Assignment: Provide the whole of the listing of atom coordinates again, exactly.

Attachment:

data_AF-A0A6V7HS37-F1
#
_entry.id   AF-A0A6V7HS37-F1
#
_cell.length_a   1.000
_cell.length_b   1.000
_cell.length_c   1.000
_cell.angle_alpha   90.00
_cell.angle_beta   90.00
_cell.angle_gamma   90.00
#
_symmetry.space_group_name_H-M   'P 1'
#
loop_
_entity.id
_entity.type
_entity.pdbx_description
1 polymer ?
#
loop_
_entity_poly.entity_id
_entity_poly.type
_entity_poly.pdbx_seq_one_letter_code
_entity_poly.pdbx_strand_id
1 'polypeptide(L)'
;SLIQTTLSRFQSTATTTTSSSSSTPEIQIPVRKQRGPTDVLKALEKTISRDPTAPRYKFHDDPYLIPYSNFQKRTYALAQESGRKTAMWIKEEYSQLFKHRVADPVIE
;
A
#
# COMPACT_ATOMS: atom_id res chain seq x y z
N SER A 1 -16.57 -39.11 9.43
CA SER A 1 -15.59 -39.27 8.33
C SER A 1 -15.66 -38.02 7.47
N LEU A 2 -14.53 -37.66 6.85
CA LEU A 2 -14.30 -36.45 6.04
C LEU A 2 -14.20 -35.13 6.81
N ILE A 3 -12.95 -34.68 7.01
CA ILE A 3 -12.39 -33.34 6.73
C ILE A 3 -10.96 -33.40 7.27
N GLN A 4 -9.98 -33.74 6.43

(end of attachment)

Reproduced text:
data_AF-A0A6V7HS37-F1
#
_entry.id   AF-A0A6V7HS37-F1
#
_cell.length_a   1.000
_cell.length_b   1.000
_cell.length_c   1.000
_cell.angle_alpha   90.00
_cell.angle_beta   90.00
_cell.angle_gamma   90.00
#
_symmetry.space_group_name_H-M   'P 1'
#
loop_
_entity.id
_entity.type
_entity.pdbx_description
1 polymer ?
#
loop_
_entity_poly.entity_id
_entity_poly.type
_entity_poly.pdbx_seq_one_letter_code
_entity_poly.pdbx_strand_id
1 'polypeptide(L)'
;SLIQTTLSRFQSTATTTTSSSSSTPEIQIPVRKQRGPTDVLKALEKTISRDPTAPRYKFHDDPYLIPYSNFQKRTYALAQESGRKTAMWIKEEYSQLFKHRVADPVIE
;
A
#
# COMPACT_ATOMS: atom_id res chain seq x y z
N SER A 1 -16.57 -39.11 9.43
CA SER A 1 -15.59 -39.27 8.33
C SER A 1 -15.66 -38.02 7.47
N LEU A 2 -14.53 -37.66 6.85
CA LEU A 2 -14.30 -36.45 6.04
C LEU A 2 -14.20 -35.13 6.81
N ILE A 3 -12.95 -34.68 7.01
CA ILE A 3 -12.39 -33.34 6.73
C ILE A 3 -10.96 -33.40 7.27
N GLN A 4 -9.98 -33.74 6.43